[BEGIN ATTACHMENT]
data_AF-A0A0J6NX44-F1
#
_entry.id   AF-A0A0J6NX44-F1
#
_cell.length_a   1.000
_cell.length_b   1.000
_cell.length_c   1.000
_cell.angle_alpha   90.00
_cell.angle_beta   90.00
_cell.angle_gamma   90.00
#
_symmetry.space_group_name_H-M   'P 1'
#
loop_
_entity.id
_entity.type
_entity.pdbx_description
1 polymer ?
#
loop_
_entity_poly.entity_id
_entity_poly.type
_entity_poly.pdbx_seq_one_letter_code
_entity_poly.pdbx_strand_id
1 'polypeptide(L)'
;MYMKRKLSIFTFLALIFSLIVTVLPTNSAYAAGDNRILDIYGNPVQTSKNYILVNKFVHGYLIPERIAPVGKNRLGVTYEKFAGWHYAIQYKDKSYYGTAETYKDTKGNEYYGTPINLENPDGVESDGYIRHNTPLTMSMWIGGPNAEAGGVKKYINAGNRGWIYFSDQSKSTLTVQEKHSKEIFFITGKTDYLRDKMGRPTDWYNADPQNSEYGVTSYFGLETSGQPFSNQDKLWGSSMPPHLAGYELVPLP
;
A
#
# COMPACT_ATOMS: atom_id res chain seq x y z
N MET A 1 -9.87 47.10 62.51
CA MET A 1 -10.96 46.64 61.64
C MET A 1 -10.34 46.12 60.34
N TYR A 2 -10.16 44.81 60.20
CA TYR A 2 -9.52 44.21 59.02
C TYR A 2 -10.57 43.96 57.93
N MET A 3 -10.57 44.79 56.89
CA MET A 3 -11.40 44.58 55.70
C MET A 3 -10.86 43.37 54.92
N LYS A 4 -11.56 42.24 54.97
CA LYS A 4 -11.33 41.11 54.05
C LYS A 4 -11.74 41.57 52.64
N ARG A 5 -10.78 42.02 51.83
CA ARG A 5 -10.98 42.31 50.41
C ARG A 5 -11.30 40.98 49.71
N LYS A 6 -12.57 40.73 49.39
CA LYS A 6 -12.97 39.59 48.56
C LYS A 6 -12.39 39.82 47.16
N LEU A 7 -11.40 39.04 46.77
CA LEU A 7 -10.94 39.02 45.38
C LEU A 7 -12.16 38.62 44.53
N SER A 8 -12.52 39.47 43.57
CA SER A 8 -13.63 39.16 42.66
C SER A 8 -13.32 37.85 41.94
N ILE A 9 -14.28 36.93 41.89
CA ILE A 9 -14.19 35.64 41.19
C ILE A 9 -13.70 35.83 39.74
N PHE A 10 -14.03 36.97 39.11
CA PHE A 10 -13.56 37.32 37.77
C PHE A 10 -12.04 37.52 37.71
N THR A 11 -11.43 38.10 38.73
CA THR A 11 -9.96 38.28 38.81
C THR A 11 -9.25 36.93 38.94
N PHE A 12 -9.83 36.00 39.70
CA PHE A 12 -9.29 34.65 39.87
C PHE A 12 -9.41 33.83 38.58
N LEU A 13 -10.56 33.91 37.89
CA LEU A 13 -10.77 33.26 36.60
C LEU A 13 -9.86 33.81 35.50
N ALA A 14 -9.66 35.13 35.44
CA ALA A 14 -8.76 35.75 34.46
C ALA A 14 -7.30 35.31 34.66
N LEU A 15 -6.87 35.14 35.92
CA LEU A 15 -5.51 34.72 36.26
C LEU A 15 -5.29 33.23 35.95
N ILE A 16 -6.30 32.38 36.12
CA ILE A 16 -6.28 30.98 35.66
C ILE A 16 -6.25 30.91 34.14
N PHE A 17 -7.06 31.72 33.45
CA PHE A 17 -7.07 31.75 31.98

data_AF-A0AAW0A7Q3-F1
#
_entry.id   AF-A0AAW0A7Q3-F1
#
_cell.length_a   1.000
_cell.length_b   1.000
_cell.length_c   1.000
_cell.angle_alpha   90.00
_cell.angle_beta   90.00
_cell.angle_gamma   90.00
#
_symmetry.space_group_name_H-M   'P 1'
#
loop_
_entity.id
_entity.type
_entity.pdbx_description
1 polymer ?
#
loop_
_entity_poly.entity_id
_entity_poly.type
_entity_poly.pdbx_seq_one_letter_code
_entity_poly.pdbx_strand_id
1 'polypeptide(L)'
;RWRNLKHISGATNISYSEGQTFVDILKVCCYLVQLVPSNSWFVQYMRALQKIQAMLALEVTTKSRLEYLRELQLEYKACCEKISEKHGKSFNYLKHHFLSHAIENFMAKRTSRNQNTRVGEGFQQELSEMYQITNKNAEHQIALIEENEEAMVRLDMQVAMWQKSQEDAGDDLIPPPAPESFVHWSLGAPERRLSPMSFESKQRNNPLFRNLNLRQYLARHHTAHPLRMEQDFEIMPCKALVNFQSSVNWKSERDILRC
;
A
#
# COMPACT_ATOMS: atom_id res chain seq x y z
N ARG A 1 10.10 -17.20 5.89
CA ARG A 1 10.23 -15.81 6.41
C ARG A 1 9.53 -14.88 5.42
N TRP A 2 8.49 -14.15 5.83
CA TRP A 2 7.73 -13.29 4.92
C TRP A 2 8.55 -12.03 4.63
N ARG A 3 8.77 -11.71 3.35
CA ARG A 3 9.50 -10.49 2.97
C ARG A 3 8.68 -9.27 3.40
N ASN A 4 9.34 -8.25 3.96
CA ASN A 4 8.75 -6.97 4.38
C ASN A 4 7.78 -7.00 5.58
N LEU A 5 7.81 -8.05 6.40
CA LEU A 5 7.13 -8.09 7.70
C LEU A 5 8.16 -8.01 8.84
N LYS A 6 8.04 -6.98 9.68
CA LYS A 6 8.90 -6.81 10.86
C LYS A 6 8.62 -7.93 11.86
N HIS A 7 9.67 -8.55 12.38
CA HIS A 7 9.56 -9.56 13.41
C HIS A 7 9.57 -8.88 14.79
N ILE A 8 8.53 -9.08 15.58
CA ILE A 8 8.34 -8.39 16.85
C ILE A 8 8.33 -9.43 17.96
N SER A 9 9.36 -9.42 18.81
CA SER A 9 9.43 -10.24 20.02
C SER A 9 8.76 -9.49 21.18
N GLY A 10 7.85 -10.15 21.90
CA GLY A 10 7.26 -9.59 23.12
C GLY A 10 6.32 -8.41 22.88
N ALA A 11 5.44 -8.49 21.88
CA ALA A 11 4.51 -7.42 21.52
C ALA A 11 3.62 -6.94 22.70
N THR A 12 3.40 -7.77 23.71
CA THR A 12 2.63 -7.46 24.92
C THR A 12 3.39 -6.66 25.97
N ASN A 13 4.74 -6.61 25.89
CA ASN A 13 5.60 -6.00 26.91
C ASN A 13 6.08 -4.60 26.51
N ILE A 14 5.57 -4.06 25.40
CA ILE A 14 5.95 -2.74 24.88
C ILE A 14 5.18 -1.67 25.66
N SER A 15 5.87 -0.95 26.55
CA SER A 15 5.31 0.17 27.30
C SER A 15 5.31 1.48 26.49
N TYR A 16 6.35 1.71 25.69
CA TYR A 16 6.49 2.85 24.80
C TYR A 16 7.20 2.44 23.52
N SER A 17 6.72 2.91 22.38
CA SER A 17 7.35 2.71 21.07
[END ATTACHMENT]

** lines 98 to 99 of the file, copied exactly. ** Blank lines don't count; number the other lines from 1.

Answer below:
1 polymer ?
#